Trinity to advocate for UK to remain in Erasmus programme

The UK’s continued involvement in Erasmus has been thrown into doubt by Brexit

Trinity has announced a commitment to advocating for the United Kingdom’s continued membership in the Erasmus+ programme.

In a email sent to all staff and students, Julia Carmichael, Trinity’s Chief Risk Officer (CRO) wrote that “we at Trinity will be at pains to show over the coming months that it is in the interests of the UK to continue the academic relationship it has with EU countries, particularly Ireland”. Continuing, she stated that “Trinity will not be found wanting in highlighting its importance”.

This came in response to a statement released by the UK’s Department of Education, which stated “the UK is committed to continuing the academic relationship between the UK and the EU, including through the next Erasmus+ programme if it is in our interests to do so”. Earlier this year, the UK’s Conservative majority shot down an amendment proposed by the Liberal Democrats to the Brexit Withdrawal Agreement, which would have required the government to seek out continued participation in the Erasmus scheme.

When Boris Johnson was questioned on the decision he insisted there was “no threat” to the project and that “UK students will continue to be able to enjoy the benefits of exchanges with our European friends and partners” without clarifying whether that benefit would be brought about through participation in the current Erasmus+ programme.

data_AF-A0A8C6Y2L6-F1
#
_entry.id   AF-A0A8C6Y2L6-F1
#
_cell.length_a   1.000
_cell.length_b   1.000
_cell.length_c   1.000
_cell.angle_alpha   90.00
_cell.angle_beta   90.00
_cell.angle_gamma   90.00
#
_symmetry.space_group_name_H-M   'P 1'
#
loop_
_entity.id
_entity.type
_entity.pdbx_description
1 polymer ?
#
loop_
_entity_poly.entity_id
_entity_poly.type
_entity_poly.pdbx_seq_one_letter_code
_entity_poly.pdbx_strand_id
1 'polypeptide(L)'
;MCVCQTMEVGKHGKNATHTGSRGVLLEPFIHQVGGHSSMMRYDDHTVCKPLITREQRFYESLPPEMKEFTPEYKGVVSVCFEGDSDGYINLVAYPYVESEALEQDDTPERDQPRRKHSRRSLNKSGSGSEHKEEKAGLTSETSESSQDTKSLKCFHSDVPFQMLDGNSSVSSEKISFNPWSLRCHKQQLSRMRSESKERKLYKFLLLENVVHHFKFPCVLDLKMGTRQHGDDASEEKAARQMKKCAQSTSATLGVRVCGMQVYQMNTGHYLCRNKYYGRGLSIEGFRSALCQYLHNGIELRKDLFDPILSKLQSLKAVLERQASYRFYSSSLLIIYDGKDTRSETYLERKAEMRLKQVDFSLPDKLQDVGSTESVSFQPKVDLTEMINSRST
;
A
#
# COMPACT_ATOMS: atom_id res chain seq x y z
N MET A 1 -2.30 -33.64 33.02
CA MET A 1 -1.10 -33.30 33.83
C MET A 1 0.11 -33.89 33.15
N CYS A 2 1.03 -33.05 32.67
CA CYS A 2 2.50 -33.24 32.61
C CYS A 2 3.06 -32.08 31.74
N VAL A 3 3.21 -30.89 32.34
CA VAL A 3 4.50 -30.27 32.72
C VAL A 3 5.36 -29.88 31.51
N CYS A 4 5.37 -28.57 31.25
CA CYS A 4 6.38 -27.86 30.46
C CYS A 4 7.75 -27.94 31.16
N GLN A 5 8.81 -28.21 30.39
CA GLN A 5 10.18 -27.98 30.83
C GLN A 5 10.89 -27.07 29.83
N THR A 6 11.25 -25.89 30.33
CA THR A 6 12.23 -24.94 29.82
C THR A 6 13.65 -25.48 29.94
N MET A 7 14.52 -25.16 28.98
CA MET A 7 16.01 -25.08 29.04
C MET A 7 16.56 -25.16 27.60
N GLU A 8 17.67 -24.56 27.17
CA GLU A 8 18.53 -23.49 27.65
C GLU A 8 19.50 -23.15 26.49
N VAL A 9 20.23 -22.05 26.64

Last month, the UK and Ireland both announced the continuation of existing fee agreements, which had been thrown into uncertainty by the UK’s decision to depart from the European Union. Irish students will continue to pay home fees at UK third level institutions(which currently stands at £9250), while British students arriving in Ireland will only need to pay the €3000 student contribution.

As it stands, the UK guarantees its continued participation in ongoing Erasmus projects as negotiations are carried out over the exact terms of its’ EU departure. If no alternative agreement is made it will cease to participate in the 2021-2027 phase of Erasmus+.

Erasmus began in 1987, and currently encompasses student, work and culture exchanges across Europe. Every year the UK is sending out over 20,000 students to Erasmus Partner Universities, about 800 of whom are Northern Irish.

Despite the UK’s lack of commitment, Carmichael said she was “confident that the long-standing ties between this university and many UK universities (stretching back centuries) will continue indefinitely”. Nevertheless, she was also clear that “Trinity will do everything in its powers to highlight how this arrangement should continue indefinitely”.

Madalyn Williams

Madalyn Williams is a Deputy News Editor for Trinity News.